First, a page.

Up to 9.6 gigawatts of offshore wind energy could be generated on lease tracts in the New York Bight outlined by the federal Bureau of Ocean Energy Management, the agency says.

Two weeks before a meeting with state and regional agencies in New York City, BOEM issued a draft plan for wind energy areas (WEAs) off the coasts of New York and New Jersey – a key stop toward preparing for future lease sales, like those already sold off southern New England.

The draft plan outlines up to 793,862 acres of what BOEM calls primary and secondary areas. Primary alone total 315,268 acres, which the agency says could accommodate around 3.8 gigawatts of wind-generated power.

The draft WEAs are far smaller than the initial “call areas” first outlined when BOEM began a public comment process that led to vocal objections from the commercial fishing industry, and calls for vessel transit areas with deep setbacks from where future wind turbine arrays could be built.

During that process James Bennett, chief of BOEM’s renewable energy program, cautioned that the likely outcome would recommend only a fraction of the call areas for future leasing proposals.

On charts released Wednesday by the agency, “the dark green areas are BOEM’s primary recommendations, areas that relative to others with in the Call Areas present the least amount of conflict with a potential offshore wind facility,” according to the agency.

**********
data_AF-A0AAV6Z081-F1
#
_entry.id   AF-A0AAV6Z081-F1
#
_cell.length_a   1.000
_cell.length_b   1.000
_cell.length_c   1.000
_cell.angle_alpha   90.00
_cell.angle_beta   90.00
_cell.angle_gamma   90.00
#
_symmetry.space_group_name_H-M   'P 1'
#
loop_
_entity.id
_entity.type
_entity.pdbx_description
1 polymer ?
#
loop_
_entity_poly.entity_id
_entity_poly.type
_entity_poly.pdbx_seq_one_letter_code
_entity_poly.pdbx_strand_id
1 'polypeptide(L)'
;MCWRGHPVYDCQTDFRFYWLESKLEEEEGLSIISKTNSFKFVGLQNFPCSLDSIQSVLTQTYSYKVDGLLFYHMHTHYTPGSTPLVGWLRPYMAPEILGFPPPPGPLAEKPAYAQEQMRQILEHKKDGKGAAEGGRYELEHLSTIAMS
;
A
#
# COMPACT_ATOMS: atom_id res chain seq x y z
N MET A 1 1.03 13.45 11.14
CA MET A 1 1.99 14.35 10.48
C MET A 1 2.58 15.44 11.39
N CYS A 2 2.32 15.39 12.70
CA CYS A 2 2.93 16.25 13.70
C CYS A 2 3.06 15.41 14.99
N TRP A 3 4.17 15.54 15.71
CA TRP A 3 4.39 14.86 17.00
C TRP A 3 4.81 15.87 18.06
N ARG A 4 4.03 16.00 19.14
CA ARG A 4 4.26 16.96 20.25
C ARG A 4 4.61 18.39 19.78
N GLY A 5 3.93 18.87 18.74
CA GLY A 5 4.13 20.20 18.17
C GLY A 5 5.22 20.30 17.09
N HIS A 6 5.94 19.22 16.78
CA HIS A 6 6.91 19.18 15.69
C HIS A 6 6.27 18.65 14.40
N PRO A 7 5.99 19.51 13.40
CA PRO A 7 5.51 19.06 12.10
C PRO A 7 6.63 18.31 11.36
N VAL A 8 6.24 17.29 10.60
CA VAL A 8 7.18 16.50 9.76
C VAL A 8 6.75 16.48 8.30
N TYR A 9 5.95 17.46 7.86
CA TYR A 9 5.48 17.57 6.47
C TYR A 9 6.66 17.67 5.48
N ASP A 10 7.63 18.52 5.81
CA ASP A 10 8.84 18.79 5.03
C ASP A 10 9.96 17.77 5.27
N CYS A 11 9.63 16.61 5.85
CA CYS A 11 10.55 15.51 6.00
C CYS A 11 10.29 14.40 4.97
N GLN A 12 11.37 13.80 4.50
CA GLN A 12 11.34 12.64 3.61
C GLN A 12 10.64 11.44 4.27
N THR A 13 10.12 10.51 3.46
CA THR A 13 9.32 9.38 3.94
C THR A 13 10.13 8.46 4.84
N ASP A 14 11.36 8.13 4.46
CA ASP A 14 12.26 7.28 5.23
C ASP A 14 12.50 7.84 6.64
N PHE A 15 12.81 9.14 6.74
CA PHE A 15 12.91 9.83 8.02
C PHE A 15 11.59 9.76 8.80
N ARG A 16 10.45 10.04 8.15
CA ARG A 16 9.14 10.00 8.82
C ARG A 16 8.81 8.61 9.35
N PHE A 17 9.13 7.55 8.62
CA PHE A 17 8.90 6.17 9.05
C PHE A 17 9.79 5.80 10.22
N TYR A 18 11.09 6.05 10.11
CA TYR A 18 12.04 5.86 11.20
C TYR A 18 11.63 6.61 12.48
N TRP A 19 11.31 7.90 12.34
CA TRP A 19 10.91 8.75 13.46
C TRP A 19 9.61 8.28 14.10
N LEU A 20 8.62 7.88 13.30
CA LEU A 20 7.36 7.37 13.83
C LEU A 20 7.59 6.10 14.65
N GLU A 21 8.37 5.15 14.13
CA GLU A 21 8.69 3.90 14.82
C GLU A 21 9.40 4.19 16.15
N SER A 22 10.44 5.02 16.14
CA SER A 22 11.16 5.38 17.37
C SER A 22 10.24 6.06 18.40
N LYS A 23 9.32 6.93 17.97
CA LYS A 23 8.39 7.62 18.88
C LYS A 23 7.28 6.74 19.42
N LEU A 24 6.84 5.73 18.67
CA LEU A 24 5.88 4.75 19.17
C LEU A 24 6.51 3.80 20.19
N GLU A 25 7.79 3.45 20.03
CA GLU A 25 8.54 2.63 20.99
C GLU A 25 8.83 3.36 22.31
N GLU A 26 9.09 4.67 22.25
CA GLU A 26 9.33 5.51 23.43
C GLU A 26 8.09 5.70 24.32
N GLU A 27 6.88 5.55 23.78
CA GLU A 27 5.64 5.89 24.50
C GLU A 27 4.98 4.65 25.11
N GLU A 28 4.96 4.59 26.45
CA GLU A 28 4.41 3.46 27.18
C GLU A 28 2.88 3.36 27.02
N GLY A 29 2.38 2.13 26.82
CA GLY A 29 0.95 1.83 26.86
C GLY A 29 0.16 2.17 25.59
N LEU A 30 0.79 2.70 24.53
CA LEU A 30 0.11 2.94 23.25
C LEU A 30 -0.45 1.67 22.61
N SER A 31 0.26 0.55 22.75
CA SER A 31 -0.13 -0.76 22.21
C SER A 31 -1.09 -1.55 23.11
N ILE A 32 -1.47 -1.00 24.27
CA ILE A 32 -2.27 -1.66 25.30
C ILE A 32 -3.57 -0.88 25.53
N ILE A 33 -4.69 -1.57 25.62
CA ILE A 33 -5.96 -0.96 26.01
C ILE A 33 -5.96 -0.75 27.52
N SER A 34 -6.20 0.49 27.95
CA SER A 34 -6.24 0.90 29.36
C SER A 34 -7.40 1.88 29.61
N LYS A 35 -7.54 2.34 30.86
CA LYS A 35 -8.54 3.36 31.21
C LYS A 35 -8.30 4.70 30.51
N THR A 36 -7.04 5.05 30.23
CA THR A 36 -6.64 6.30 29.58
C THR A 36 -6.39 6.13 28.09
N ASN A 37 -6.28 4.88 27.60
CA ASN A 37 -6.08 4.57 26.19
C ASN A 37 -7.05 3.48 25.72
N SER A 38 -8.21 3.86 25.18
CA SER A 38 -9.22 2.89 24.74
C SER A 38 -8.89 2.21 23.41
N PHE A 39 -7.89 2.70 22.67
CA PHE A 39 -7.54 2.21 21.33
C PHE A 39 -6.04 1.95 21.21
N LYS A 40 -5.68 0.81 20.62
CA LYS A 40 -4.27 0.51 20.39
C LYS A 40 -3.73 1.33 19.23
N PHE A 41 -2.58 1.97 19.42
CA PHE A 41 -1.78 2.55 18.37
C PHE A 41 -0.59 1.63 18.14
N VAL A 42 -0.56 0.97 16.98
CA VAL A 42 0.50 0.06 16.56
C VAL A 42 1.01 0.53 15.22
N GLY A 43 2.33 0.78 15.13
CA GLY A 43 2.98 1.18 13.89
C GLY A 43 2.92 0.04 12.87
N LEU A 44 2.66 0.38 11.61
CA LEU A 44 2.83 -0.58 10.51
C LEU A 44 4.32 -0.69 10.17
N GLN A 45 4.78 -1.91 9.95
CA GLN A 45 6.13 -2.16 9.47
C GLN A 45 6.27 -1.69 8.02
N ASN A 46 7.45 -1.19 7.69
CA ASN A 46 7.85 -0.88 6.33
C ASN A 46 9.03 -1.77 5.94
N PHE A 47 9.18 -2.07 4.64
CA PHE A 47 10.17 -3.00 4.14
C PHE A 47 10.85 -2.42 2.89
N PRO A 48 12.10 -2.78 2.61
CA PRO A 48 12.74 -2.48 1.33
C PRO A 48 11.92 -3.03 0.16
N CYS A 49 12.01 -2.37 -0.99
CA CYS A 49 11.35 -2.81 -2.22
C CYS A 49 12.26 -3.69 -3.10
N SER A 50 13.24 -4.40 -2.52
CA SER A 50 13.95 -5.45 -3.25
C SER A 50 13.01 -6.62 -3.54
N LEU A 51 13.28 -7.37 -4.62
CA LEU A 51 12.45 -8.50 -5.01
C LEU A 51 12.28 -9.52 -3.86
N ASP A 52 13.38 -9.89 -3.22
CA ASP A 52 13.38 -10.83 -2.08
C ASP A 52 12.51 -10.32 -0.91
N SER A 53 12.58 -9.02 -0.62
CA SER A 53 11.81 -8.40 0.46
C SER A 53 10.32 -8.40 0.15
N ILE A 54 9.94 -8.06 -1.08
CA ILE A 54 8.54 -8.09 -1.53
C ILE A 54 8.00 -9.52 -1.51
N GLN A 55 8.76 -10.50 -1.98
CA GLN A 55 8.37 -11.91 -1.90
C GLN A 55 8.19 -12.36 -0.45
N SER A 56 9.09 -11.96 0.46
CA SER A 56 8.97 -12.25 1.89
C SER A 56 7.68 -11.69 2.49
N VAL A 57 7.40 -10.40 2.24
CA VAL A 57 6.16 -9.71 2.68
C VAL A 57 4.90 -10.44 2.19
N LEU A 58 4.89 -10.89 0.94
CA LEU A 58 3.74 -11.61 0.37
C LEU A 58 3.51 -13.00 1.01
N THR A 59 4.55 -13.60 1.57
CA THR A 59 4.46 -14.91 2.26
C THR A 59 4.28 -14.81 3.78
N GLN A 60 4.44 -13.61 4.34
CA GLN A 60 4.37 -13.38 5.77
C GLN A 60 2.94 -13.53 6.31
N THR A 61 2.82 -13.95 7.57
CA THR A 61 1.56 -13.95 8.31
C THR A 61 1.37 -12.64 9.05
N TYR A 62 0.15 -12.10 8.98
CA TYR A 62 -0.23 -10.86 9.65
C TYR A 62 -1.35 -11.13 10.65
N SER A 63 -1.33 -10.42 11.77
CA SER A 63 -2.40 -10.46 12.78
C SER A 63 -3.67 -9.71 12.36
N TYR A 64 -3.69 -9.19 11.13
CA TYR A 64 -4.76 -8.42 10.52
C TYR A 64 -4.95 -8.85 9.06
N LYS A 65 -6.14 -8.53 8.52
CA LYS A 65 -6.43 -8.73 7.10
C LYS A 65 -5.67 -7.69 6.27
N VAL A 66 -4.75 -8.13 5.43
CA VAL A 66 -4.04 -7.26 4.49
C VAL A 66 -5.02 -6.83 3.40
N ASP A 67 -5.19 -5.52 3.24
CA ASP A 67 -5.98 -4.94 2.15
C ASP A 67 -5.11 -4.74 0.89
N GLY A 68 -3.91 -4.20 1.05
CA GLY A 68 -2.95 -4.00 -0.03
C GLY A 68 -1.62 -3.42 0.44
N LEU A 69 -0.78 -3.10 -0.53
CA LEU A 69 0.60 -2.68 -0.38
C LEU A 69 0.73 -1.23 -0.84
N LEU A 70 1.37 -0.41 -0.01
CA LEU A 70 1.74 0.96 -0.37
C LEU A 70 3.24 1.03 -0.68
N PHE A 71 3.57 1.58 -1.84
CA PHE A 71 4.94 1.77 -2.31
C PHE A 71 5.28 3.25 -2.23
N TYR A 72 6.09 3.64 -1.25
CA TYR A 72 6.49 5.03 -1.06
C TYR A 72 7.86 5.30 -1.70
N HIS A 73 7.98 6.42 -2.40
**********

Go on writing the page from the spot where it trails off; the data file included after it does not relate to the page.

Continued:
“Areas is light green are secondary recommendations, which are slightly more conflicted than the dark green areas, and are where BOEM welcomes additional stakeholder perspectives.”

There will be much discussion of those conflicts when BOEM holds its intergovernmental task force meeting Nov. 28 at the Hotel Pennsylvania in New York City.

BOEM has already put developers with New England leases on notice that they will be required to set aside vessel transit lanes, one demand from the commercial fishing industry that says crews need broad safety zones to return to port during bad weather.

Likewise the Coast Guard and advisors from the maritime industry have recommended broad transit lanes for offshore tug and tow traffic that cuts diagonally across the New York Bight, between Cape May, N.J., and Montauk Point, N.Y.

Contributing Editor Kirk Moore was a reporter for the Asbury Park Press for over 30 years before joining WorkBoat in 2015. He wrote several award-winning stories on marine, environmental, coastal and military issues that helped drive federal and state government policy changes. He has also been an editor for WorkBoat’s sister publication, National Fisherman, for over 25 years. Moore was awarded the Online News Association 2011 Knight Award for Public Service for the “Barnegat Bay Under Stress,” 2010 series that led to the New Jersey state government’s restoration plan. He lives in West Creek, N.J.